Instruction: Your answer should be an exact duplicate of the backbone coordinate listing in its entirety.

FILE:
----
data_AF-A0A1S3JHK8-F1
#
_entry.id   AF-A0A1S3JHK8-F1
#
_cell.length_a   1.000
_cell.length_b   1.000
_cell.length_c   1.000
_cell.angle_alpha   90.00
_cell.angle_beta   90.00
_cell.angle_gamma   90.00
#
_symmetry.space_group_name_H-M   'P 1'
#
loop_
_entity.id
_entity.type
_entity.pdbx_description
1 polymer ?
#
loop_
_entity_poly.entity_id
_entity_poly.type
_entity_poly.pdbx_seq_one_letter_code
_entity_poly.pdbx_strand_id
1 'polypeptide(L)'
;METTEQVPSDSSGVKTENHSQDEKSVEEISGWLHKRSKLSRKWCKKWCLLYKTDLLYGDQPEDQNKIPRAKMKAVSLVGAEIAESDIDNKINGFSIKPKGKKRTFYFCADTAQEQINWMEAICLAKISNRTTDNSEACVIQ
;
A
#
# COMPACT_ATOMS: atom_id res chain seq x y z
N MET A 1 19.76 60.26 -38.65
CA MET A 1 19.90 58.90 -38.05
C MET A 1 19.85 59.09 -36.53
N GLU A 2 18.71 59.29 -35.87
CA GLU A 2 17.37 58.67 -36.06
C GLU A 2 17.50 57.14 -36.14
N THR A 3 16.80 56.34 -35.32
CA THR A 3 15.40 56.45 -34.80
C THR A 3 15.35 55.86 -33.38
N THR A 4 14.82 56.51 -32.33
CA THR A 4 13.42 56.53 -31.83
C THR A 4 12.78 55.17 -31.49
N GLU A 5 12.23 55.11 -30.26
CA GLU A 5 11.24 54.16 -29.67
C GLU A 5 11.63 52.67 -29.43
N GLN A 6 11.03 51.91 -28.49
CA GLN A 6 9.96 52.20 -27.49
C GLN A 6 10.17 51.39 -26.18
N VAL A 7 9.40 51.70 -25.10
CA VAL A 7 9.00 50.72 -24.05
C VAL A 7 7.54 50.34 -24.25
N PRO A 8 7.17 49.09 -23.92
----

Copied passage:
data_AF-A0A1S3JHK8-F1
#
_entry.id   AF-A0A1S3JHK8-F1
#
_cell.length_a   1.000
_cell.length_b   1.000
_cell.length_c   1.000
_cell.angle_alpha   90.00
_cell.angle_beta   90.00
_cell.angle_gamma   90.00
#
_symmetry.space_group_name_H-M   'P 1'
#
loop_
_entity.id
_entity.type
_entity.pdbx_description
1 polymer ?
#
loop_
_entity_poly.entity_id
_entity_poly.type
_entity_poly.pdbx_seq_one_letter_code
_entity_poly.pdbx_strand_id
1 'polypeptide(L)'
;METTEQVPSDSSGVKTENHSQDEKSVEEISGWLHKRSKLSRKWCKKWCLLYKTDLLYGDQPEDQNKIPRAKMKAVSLVGAEIAESDIDNKINGFSIKPKGKKRTFYFCADTAQEQINWMEAICLAKISNRTTDNSEACVIQ
;
A
#
# COMPACT_ATOMS: atom_id res chain seq x y z
N MET A 1 19.76 60.26 -38.65
CA MET A 1 19.90 58.90 -38.05
C MET A 1 19.85 59.09 -36.53
N GLU A 2 18.71 59.29 -35.87
CA GLU A 2 17.37 58.67 -36.06
C GLU A 2 17.50 57.14 -36.14
N THR A 3 16.80 56.34 -35.32
CA THR A 3 15.40 56.45 -34.80
C THR A 3 15.35 55.86 -33.38
N THR A 4 14.82 56.51 -32.33
CA THR A 4 13.42 56.53 -31.83
C THR A 4 12.78 55.17 -31.49
N GLU A 5 12.23 55.11 -30.26
CA GLU A 5 11.24 54.16 -29.67
C GLU A 5 11.63 52.67 -29.43
N GLN A 6 11.03 51.91 -28.49
CA GLN A 6 9.96 52.20 -27.49
C GLN A 6 10.17 51.39 -26.18
N VAL A 7 9.40 51.70 -25.10
CA VAL A 7 9.00 50.72 -24.05
C VAL A 7 7.54 50.34 -24.25
N PRO A 8 7.17 49.09 -23.92